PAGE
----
It happens that academics write visionary texts that highlight great human challenges. I blogged about such a philosophically visionary article a few years ago; an article in which Kathinka Evers discussed the interaction between society and the brain. In the article, she developed the idea that we have a “proactive” responsibility to adapt our societies to what we know about the brain’s strengths and weaknesses. Above all, she emphasized that the knowledge we have today about the changeability of the brain gives us a proactive responsibility for our own human nature, as this nature is shaped and reshaped in interaction with the societies we build.
Today I want to recommend a visionary philosophical article by Jessica Nihlén Fahlquist, an article that I think has points of contact with Kathinka Evers’ paper. Here, too, the article highlights our responsibility for major human challenges, such as climate and, above all, public health. Here, too, human changeability is emphasized, not least during childhood. Here, too, it is argued that we have a responsibility to be proactive (although the term is not used). But where Kathinka Evers starts from neuroscience, Jessica Nihlén Fahlquist starts from virtue ethics and from social sciences that see children as social actors.
Jessica Nihlén Fahlquist points out that we live in more complex societies and face greater global challenges than ever before in human history. But humans are also complex and can under favorable circumstances develop great capacities for taking responsibility. Virtue ethics has this focus on the human being and on personal character traits that can be cultivated and developed to varying degrees. Virtue ethics is sometimes criticized for not being sufficiently action-guiding. But it is hard to imagine that we can deal with major human challenges through action-guiding rules and regulations alone. Rules are never as complex as human beings. Action-guiding rules assume that the challenges are already under some sort of control and thus are not as uncertain anymore. Faced with complex challenges with great uncertainties, we may have to learn to trust the human being. Do we dare to trust ourselves when we often created the problems?
Jessica Nihlén Fahlquist reasons in a way that brings to mind Kathinka Evers’ idea of a proactive responsibility for our societies and our human nature. Nihlén Fahlquist suggests, if I understand her correctly, that we already have a responsibility to create environments that support the development of human character traits that in the future can help us meet the challenges. We already have a responsibility to support greater abilities to take responsibility in the future, one could say.
Nihlén Fahlquist focuses on public health challenges and her reasoning is based on the pandemic and the issue of vaccination of children. Parents have a right and a duty to protect their children from risks. But reasonably, parents can also be considered obliged not to be overprotective, but also to consider the child’s development of agency and values. The virus that spread during the pandemic did not cause severe symptoms in children. Vaccination therefore does not significantly protect the child’s own health, but would be done with others in mind. Studies show that children may be capable of reasoning in terms of such responsibility for others. Children who participate in medical research can, for example, answer that they participate partly to help others. Do we dare to encourage capable children to take responsibility for public health by letting them reason about their own vaccination? Is it even the case that we should support children to cultivate such responsibility as a virtue?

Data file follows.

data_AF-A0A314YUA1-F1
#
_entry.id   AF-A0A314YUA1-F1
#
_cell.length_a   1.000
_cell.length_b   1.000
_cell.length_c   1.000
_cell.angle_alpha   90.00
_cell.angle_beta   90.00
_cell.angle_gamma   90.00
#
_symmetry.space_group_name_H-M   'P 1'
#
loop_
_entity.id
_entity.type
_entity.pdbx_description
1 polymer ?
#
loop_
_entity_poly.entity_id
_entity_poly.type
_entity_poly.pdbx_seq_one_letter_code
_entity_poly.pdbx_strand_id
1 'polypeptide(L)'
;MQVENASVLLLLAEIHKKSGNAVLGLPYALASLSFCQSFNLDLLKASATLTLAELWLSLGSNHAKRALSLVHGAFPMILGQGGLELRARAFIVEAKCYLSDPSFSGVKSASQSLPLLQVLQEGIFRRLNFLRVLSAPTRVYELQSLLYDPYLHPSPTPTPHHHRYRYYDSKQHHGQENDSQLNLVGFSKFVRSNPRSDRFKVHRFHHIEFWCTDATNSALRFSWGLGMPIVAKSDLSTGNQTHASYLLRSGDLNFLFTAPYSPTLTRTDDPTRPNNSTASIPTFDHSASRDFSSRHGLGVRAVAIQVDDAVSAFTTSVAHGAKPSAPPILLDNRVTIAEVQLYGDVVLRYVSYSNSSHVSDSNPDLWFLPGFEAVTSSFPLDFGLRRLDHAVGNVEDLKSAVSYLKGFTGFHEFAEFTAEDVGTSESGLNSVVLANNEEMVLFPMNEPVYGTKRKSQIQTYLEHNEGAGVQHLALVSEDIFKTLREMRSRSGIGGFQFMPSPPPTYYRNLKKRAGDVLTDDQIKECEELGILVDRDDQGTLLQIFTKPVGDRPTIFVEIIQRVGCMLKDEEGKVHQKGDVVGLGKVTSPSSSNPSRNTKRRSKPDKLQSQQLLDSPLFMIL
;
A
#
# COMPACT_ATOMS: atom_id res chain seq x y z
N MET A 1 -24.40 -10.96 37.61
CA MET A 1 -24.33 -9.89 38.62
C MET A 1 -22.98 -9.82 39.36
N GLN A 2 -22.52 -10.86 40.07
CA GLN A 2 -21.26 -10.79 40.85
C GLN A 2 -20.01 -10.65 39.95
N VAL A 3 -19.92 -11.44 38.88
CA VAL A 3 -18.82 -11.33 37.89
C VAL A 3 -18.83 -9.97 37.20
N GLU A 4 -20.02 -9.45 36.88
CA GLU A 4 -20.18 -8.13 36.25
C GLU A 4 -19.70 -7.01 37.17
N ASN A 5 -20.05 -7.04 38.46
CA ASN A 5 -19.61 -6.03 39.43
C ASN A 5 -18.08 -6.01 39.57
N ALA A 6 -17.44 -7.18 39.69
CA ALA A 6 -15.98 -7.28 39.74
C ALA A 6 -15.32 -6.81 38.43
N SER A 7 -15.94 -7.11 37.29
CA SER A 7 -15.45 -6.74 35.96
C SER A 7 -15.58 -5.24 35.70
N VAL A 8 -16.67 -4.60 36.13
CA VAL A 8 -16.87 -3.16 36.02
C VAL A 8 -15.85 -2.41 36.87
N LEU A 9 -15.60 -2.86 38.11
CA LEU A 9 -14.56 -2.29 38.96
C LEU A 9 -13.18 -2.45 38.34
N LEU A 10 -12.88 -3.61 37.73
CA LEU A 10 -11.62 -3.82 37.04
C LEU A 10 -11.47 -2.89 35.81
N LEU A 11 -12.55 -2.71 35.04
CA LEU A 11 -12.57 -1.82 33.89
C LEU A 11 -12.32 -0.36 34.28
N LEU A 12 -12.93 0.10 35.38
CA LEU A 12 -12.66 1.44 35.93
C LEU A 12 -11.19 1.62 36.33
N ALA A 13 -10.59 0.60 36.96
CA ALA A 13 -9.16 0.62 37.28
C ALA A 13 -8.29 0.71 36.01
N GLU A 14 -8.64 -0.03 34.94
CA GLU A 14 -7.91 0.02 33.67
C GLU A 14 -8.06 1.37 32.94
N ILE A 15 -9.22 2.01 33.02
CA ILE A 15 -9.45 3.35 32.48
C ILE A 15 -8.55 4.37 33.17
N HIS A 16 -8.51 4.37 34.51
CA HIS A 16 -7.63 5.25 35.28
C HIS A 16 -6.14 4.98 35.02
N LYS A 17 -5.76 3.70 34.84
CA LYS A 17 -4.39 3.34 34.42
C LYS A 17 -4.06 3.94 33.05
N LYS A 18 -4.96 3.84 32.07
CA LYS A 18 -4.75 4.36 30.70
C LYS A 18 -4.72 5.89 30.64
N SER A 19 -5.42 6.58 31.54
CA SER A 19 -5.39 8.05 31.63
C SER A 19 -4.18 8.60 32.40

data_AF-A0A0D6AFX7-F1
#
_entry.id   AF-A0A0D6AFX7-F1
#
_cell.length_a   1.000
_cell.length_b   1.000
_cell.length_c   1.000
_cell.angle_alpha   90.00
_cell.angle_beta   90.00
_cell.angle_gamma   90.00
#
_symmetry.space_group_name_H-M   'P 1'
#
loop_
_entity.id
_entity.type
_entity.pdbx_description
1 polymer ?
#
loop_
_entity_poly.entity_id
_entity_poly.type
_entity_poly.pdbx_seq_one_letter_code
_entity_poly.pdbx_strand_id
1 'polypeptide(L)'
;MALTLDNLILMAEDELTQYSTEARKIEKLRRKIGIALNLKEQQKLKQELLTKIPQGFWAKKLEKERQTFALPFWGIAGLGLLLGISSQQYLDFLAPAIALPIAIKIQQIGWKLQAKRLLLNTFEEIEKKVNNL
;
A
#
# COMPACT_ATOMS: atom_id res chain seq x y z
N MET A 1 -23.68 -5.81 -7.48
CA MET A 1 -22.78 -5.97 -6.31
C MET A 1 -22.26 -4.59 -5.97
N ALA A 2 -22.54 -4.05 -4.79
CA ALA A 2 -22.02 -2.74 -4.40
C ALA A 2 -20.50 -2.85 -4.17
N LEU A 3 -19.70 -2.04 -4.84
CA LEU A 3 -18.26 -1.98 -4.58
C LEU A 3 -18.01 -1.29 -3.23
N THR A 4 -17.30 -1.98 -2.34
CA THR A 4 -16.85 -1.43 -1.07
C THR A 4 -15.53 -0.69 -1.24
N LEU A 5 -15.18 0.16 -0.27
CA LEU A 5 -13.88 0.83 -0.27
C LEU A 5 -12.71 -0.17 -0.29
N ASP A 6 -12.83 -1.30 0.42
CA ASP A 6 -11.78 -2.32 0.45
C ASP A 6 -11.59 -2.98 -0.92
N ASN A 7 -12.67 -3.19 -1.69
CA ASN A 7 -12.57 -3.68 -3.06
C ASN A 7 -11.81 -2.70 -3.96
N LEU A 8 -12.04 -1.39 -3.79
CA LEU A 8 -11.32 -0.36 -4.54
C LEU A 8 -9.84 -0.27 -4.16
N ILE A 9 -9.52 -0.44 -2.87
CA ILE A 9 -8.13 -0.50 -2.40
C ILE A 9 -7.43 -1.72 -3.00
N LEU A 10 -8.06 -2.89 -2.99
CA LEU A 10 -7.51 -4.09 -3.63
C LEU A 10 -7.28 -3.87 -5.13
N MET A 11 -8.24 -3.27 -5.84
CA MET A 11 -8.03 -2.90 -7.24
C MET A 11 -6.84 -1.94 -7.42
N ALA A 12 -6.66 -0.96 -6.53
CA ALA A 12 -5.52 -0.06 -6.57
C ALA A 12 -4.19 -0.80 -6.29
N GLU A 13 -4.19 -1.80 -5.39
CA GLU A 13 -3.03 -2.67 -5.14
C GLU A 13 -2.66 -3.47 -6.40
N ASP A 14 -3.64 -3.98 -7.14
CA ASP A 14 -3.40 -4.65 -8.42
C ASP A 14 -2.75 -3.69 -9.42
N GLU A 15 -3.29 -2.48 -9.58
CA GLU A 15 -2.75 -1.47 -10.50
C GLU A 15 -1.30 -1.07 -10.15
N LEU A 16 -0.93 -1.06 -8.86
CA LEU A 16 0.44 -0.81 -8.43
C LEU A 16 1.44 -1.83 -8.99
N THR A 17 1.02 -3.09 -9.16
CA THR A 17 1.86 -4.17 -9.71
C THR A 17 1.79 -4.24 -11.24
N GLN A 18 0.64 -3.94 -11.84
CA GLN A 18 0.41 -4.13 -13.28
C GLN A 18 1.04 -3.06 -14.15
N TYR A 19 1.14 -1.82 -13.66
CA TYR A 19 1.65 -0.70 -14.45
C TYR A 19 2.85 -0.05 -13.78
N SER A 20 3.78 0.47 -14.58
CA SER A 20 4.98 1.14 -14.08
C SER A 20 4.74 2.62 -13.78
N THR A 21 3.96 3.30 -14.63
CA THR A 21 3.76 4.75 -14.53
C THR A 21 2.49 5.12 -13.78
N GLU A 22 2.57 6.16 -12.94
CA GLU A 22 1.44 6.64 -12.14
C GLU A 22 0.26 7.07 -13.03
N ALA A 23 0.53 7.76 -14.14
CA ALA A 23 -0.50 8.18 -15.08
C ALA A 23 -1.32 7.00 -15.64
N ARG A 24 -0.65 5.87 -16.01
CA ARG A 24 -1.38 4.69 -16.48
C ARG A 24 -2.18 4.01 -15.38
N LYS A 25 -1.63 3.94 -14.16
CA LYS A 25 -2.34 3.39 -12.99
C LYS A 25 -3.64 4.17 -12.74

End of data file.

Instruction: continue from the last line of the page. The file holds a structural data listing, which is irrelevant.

Nihlén Fahlquist does not claim that children themselves have this responsibility to get vaccinated out of solidarity with others. But if some children prove to be able to reason in such a morally complex way about their own vaccination, one could say that these children’s sense of responsibility is something unexpected and admirable, something that we cannot demand from a child. By encouraging and supporting the unexpected and admirable in children, it can eventually become an expected responsibility in adults, suggests Jessica Nihlén Fahlquist. Virtue ethics makes it meaningful to think in terms of such possibilities, where humans can change and their virtues can grow. Do we dare to believe in such possibilities in ourselves? If you do not expect the unexpected you will not discover it, said a visionary Greek philosopher named Heraclitus.
Jessica Nihlén Fahlquist’s article is multifaceted and innovative. In this post, I have only emphasized one of her lines of thought, which I hope has made you curious about an urgent academic text: Taking risks to protect others – pediatric vaccination and moral responsibility.
In summary, Jessica Nihlén Fahlquist argues that vaccination should be regarded as an opportunity for children to develop their sense of responsibility and that parents, schools, healthcare professionals and public health authorities should include children in debates about ethical public health issues.
Jessica Nihlén Fahlquist, Taking Risks to Protect Others – Pediatric Vaccination and Moral Responsibility, Public Health Ethics, 2023;, phad005, https://doi.org/10.1093/phe/phad005
Approaching future issues